Juniper is a small evergreen shrub, usually prostate or up to a meter tall, but in some species (e.g. J. scopulorum) can attain the height of a small tree. J. communis is thickly branched, forming in small clumps or mats up to 3 m in diameter. The branch and stem bark is thin, reddish-brown and scaling, the needle-shaped leaves attaching to the stem or branches in threes. Each needle is quite stiff and sharp at the end, whitish above and dark green below. Juniper is generally dioecious, with pollen and cones appearing on different shrubs. The fleshy berry-like cones mature in the second year, turning from a hard, indistinct green cone to a bluish-black, fleshy berry containing 3 angular, bony seeds.
Juniper is the only circumpolar conifer in the northern hemisphere, and so is found in North America and Eurasia, as its species name communis (common) implies. It is found widespread and fairly common, at low to high elevations, generally in open, sunny well-drained habits, on rocky outcrops and slopes, in dry forests extending into the northern tundra. Juniper however does occur however in moist places as well, found around the edges of bogs and in cold, moist forests. It occurs is a wide variety of soils, including acidic and calcareous sands, loams, or marls.
mature cones or ‘berries’
According to Sir James George Frazer, author of the neopagan text The Golden Bough, the Celtic peoples once burned dried Juniper as incense to purify their homes in preparation for Beltane. This practice of regarding Juniper as a protective and purifying remedy against negative influences is found all over the northern world. The Hunza shamans of the Hindukush mountain range in northern Pakistan used to burn Juniper boughs to call down the faeries from the high mountain tops. This is a similar practice to some Tibetan Bon practices, which have since been adapted by Tibetan Buddhists, where Juniper is ritually in monasteries, burnt in three meter high incense burners called sangkangs, wafting its smoke all over the village. Moore also mentions that the Tewa Indians use Juniper as a protective talisman (1979, 94), and Willard says that some practitioners chew Juniper berries while visiting with sick patients to protect themselves (1992, 169). Juniper was considered by Culpepper to be a solar plant, with drying and warming properties, “…being a most admirable counter-poison, and as great a resister of the pestilence” (1653). The “perfection” of a Juniper wine is attributed to the Count de Morret, son of Henry IVof France, although it was most likely used originally as a flavoring for the nauseating principles of crude wine and beer of ancient peoples. Juniper was later used in the 17th century by the Dutch, who distilled it and marketed a Juniper-flavoured alcohol as a restorative tonic, which has since become known as the popular liquor called gin. The name “gin” is itself abbreviation from the French genièvre (Juniper). Oleum Cadinu, or oil of cade, is made in France from the dry distillation of the wood of J. ocycedrus, and is used as a topical agent in eczema and other skin conditions.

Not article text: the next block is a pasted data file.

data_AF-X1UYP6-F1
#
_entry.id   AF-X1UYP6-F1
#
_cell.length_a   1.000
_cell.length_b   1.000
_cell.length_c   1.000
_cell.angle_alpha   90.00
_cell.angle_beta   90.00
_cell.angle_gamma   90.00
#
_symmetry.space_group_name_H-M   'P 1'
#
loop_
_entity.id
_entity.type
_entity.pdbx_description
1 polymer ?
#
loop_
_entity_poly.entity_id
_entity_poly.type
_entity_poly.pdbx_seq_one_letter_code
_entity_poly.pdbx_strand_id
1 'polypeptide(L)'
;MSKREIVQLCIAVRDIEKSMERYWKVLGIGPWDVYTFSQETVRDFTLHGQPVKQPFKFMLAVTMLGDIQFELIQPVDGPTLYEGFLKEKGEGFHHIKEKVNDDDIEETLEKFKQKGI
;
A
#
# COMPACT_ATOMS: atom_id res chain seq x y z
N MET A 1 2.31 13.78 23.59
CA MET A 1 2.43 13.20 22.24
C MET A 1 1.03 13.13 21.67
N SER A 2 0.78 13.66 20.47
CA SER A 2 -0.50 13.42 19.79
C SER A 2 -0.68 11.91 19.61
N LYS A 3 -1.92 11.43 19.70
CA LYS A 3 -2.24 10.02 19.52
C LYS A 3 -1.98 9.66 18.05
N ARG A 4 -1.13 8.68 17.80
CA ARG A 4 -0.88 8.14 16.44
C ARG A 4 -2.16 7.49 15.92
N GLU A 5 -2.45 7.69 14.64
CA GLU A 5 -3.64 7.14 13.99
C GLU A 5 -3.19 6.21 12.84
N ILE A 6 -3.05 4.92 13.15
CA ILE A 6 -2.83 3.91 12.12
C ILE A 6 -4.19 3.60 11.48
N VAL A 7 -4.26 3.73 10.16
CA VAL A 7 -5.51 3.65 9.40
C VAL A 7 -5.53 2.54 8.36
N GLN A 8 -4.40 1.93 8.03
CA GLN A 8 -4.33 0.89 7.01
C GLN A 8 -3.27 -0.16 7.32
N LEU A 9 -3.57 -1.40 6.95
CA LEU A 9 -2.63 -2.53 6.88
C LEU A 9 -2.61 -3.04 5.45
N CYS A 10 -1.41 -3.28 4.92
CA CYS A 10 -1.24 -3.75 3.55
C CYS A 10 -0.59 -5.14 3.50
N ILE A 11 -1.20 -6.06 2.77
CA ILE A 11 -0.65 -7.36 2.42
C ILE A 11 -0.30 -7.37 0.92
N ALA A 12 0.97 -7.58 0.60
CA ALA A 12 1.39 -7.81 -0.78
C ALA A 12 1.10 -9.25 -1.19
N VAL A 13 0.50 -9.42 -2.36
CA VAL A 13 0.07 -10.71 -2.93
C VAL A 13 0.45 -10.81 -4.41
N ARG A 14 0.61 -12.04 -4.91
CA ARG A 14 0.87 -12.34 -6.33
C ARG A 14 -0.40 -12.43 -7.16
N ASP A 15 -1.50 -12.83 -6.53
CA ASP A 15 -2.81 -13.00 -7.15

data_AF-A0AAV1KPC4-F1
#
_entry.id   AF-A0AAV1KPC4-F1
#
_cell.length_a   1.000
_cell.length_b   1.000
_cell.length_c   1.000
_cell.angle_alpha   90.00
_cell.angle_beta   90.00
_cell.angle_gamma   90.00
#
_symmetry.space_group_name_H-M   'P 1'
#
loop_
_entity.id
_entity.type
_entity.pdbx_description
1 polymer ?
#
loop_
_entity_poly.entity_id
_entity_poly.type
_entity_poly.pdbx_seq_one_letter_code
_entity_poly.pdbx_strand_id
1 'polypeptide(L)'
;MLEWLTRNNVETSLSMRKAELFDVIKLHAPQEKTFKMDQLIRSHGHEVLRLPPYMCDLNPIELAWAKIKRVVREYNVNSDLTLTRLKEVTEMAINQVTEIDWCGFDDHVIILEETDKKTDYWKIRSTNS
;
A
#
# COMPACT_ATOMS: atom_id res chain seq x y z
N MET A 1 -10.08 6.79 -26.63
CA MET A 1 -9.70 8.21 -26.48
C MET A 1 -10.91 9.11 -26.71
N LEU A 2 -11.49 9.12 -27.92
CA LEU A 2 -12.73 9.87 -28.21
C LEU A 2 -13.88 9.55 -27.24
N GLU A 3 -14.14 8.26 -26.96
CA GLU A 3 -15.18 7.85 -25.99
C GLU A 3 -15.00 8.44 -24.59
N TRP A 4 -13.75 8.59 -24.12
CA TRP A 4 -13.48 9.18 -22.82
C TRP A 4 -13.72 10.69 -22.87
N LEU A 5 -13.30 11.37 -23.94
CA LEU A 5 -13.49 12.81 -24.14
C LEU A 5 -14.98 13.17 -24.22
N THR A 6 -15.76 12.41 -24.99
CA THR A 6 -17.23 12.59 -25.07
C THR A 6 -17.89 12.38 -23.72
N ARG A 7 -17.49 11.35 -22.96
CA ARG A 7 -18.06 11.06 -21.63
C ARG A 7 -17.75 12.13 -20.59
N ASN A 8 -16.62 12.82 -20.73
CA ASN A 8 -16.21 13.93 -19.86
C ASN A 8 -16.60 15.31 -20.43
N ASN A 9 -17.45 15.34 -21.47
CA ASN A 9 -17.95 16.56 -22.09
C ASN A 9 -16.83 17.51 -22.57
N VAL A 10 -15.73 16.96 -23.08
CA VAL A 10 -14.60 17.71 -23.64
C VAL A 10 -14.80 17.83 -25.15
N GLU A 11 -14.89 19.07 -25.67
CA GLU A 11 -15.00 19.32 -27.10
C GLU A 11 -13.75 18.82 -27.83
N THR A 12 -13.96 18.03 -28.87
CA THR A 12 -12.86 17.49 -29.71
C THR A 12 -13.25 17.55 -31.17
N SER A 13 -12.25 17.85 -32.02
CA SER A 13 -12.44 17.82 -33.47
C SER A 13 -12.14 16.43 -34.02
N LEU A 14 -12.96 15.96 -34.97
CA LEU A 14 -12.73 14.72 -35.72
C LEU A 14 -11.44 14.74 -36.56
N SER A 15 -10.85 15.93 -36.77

Juniper contains over 60 different volatile compounds that account for its highly aromatic smell, comprising upwards of 1.5% of the fruit. Most of these compounds are terpenes such as pinene, camphene, myrcene and sabiene, but include sesquiterpenes such as cadinene and caryophyllene, as well as a various assortment of [wp>alcohols]], [wp>esters]] and [wp>alkanes]]. The leaves are stated to contain a similar spectrum of volatile compounds as the leaves. The leaf oils of J. oxycedrus have been determined to be composed were mainly of alpha-pinene (40-57%) and manoyl oxide (5-10%). The berries however, also contain a variety of other interesting compounds including [wp>flavonoids]] such as [wp>quercitin]] and [wp>isoquercitin]], [wp>proanthocyanidins]], [wp>gallocatechin]] and [wp>epicatechin]], as well as [wp>ascorbic acid]], sugars, a lignan (desoxypodophyllotoxin), an [wp>omega 3]] [wp>fatty acid]] (5,11,14-eicosatrienoic acid), diterpenes (3 alpha-hinokiol  and 3 alpha-hydroxymannol), and resins (Newall et al 1996, 176; Evans 1989, 445; Salido et al 2002; Wang et al 2002).